The states also appear to be taking seriously the need to reform RGGI’s problematic Cost Containment Reserve (CCR), which, as currently designed, undermines regional emissions goals, as well as the need to address the problem of over-allocated, banked emissions allowances. (For more on these issues, see our recent blog post.)
Perhaps less noticed, but also important, the states have been evaluating post-2020 cap trajectories based on a “fixed baseline” (the 2020 cap level), rather than the current cap’s “year-over-year” decline. Using a fixed baseline can achieve more emissions reductions, which is why NRDC and others have been pushing for this change, and we’re glad to see the states respond.
We’re also pleased that the states have maintained their historic commitment to transparency and stakeholder engagement, holding four public, regional stakeholder meetings in 2016 (as well as additional meetings in individual states) as part of the program review, and providing other opportunities for stakeholder input.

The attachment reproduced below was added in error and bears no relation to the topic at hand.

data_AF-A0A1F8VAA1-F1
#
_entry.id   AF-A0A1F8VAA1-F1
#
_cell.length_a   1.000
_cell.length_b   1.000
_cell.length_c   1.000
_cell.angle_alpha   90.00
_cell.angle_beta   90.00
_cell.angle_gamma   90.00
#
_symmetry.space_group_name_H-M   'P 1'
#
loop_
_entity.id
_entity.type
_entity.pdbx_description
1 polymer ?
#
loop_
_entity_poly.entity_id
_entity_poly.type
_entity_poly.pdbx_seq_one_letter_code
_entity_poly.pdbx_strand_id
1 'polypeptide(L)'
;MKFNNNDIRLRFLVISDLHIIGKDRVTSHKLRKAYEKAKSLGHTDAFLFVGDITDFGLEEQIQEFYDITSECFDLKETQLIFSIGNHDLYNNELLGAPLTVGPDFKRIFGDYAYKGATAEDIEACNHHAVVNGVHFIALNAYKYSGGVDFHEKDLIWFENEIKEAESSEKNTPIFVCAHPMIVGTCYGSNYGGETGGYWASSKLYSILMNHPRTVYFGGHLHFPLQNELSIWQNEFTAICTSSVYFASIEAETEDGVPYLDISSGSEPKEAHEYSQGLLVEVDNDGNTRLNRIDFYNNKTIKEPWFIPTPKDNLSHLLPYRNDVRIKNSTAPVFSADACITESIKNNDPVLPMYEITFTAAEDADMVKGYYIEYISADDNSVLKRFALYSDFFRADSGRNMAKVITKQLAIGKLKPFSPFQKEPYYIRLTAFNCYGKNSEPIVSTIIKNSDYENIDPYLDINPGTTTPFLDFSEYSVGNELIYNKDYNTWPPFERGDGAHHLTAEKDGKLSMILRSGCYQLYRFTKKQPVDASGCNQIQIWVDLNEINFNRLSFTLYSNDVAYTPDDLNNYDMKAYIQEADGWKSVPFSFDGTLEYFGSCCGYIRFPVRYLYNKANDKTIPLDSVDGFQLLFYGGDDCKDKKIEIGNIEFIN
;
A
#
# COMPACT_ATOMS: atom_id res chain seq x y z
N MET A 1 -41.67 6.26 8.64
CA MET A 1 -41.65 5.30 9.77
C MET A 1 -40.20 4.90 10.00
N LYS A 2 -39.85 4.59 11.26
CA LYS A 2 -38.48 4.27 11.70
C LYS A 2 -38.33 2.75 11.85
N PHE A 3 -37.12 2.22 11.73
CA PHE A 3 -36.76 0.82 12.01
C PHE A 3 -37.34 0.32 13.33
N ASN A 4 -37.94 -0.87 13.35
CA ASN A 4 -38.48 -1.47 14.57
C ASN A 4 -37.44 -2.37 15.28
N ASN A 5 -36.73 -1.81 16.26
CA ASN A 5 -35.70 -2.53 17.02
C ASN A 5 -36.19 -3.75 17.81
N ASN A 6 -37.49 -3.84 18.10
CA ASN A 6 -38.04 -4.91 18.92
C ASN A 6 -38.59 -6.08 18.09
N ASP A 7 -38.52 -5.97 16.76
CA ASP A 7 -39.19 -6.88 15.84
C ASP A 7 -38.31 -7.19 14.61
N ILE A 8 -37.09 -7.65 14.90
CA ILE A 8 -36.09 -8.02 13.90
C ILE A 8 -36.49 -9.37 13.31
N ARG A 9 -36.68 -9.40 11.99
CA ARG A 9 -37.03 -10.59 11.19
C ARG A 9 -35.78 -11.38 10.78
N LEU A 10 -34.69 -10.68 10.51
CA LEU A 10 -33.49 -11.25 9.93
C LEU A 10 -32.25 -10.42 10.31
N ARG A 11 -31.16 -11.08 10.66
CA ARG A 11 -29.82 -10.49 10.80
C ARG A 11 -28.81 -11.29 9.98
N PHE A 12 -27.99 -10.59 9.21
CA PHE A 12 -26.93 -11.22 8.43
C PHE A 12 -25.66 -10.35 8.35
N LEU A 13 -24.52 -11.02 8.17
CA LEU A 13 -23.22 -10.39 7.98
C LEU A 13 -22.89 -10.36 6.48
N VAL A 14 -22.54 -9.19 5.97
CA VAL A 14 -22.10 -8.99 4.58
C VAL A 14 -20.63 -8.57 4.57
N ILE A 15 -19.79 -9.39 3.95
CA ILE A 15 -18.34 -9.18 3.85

Individual RGGI states continued to lead on climate change at the state level
Many of the states also continued to make bold progress on climate change and clean energy outside of RGGI, something that will make it even easier to achieve a stronger post-2020 RGGI cap. Such progress included:
- New York formalized Governor Andrew Cuomo’s commitment to 50 percent renewable energy by 2030 under the state’s Clean Energy Standard, a major component of the governor’s commitment to reduce economy-wide greenhouse gas emissions by at least 40 percent by 2030.
- Massachusetts Governor Charlie Baker signed into law legislation to procure 1,600 megawatts of offshore wind power and another 1,200 megawatts from hydropower, onshore wind, solar, or other renewable energy resources.
- Next door, Rhode Island Governor Gina Raimondo signed a bill to grow her state’s renewable energy standard by 1.5 percent per year, requiring 38.5 percent of the state’s electricity to be renewable in 2035.
- And in Maryland, Governor Larry Hogan signed a bill to reduce his state’s greenhouse gas emissions by 40 percent by 2030. The Maryland bill isn’t self-implementing; state agencies still have to create and implement the policies that will enable Maryland to reach this goal. But the goal can be achieved using a stronger RGGI as well as renewed state commitments to renewable energy and energy efficiency, all things NRDC hopes to see in 2017.